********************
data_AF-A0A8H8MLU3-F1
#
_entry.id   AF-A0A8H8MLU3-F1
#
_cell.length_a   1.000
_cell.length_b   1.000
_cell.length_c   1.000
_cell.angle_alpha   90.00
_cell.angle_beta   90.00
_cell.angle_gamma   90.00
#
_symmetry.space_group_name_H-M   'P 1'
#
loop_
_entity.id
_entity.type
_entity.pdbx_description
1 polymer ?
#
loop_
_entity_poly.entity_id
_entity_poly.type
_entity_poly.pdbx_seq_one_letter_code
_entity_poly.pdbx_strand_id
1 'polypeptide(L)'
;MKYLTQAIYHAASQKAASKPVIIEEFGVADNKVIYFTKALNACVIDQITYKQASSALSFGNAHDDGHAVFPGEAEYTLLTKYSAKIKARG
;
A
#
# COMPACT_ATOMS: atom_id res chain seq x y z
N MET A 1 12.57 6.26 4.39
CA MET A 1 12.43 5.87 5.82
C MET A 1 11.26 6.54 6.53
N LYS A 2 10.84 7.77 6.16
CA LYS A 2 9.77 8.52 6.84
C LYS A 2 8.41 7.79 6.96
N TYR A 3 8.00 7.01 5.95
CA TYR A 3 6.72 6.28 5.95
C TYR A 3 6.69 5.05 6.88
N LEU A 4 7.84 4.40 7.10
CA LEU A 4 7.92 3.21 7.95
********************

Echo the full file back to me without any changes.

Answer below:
data_AF-A0A8H8MLU3-F1
#
_entry.id   AF-A0A8H8MLU3-F1
#
_cell.length_a   1.000
_cell.length_b   1.000
_cell.length_c   1.000
_cell.angle_alpha   90.00
_cell.angle_beta   90.00
_cell.angle_gamma   90.00
#
_symmetry.space_group_name_H-M   'P 1'
#
loop_
_entity.id
_entity.type
_entity.pdbx_description
1 polymer ?
#
loop_
_entity_poly.entity_id
_entity_poly.type
_entity_poly.pdbx_seq_one_letter_code
_entity_poly.pdbx_strand_id
1 'polypeptide(L)'
;MKYLTQAIYHAASQKAASKPVIIEEFGVADNKVIYFTKALNACVIDQITYKQASSALSFGNAHDDGHAVFPGEAEYTLLTKYSAKIKARG
;
A
#
# COMPACT_ATOMS: atom_id res chain seq x y z
N MET A 1 12.57 6.26 4.39
CA MET A 1 12.43 5.87 5.82
C MET A 1 11.26 6.54 6.53
N LYS A 2 10.84 7.77 6.16
CA LYS A 2 9.77 8.52 6.84
C LYS A 2 8.41 7.79 6.96
N TYR A 3 8.00 7.01 5.95
CA TYR A 3 6.72 6.28 5.95
C TYR A 3 6.69 5.05 6.88
N LEU A 4 7.84 4.40 7.10
CA LEU A 4 7.92 3.21 7.95